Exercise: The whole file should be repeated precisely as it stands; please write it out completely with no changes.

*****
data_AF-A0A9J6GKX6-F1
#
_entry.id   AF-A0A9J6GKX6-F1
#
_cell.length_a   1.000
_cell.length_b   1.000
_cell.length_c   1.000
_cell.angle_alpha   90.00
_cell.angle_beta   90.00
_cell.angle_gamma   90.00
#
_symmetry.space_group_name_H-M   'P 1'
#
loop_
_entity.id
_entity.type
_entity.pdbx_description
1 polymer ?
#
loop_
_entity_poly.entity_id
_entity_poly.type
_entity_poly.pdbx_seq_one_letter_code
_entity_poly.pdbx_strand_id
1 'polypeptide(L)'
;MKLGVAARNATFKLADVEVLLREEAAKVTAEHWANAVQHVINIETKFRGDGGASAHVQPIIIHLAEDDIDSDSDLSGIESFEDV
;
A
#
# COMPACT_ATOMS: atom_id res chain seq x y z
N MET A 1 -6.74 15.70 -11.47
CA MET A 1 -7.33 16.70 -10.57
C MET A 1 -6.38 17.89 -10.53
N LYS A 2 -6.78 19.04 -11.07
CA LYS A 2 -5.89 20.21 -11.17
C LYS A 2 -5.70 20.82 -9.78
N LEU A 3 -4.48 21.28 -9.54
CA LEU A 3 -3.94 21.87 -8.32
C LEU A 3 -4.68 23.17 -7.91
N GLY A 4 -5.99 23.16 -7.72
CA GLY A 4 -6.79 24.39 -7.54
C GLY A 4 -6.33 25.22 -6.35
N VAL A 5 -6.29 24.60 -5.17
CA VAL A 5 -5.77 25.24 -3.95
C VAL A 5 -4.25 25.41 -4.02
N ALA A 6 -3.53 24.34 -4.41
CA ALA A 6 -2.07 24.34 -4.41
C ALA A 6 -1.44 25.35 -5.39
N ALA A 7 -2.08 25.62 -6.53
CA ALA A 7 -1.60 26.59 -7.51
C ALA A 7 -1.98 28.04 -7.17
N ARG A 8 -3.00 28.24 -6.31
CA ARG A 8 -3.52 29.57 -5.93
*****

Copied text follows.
data_AF-A0A9J6GKX6-F1
#
_entry.id   AF-A0A9J6GKX6-F1
#
_cell.length_a   1.000
_cell.length_b   1.000
_cell.length_c   1.000
_cell.angle_alpha   90.00
_cell.angle_beta   90.00
_cell.angle_gamma   90.00
#
_symmetry.space_group_name_H-M   'P 1'
#
loop_
_entity.id
_entity.type
_entity.pdbx_description
1 polymer ?
#
loop_
_entity_poly.entity_id
_entity_poly.type
_entity_poly.pdbx_seq_one_letter_code
_entity_poly.pdbx_strand_id
1 'polypeptide(L)'
;MKLGVAARNATFKLADVEVLLREEAAKVTAEHWANAVQHVINIETKFRGDGGASAHVQPIIIHLAEDDIDSDSDLSGIESFEDV
;
A
#
# COMPACT_ATOMS: atom_id res chain seq x y z
N MET A 1 -6.74 15.70 -11.47
CA MET A 1 -7.33 16.70 -10.57
C MET A 1 -6.38 17.89 -10.53
N LYS A 2 -6.78 19.04 -11.07
CA LYS A 2 -5.89 20.21 -11.17
C LYS A 2 -5.70 20.82 -9.78
N LEU A 3 -4.48 21.28 -9.54
CA LEU A 3 -3.94 21.87 -8.32
C LEU A 3 -4.68 23.17 -7.91
N GLY A 4 -5.99 23.16 -7.72
CA GLY A 4 -6.79 24.39 -7.54
C GLY A 4 -6.33 25.22 -6.35
N VAL A 5 -6.29 24.60 -5.17
CA VAL A 5 -5.77 25.24 -3.95
C VAL A 5 -4.25 25.41 -4.02
N ALA A 6 -3.53 24.34 -4.41
CA ALA A 6 -2.07 24.34 -4.41
C ALA A 6 -1.44 25.35 -5.39
N ALA A 7 -2.08 25.62 -6.53
CA ALA A 7 -1.60 26.59 -7.51
C ALA A 7 -1.98 28.04 -7.17
N ARG A 8 -3.00 28.24 -6.31
CA ARG A 8 -3.52 29.57 -5.93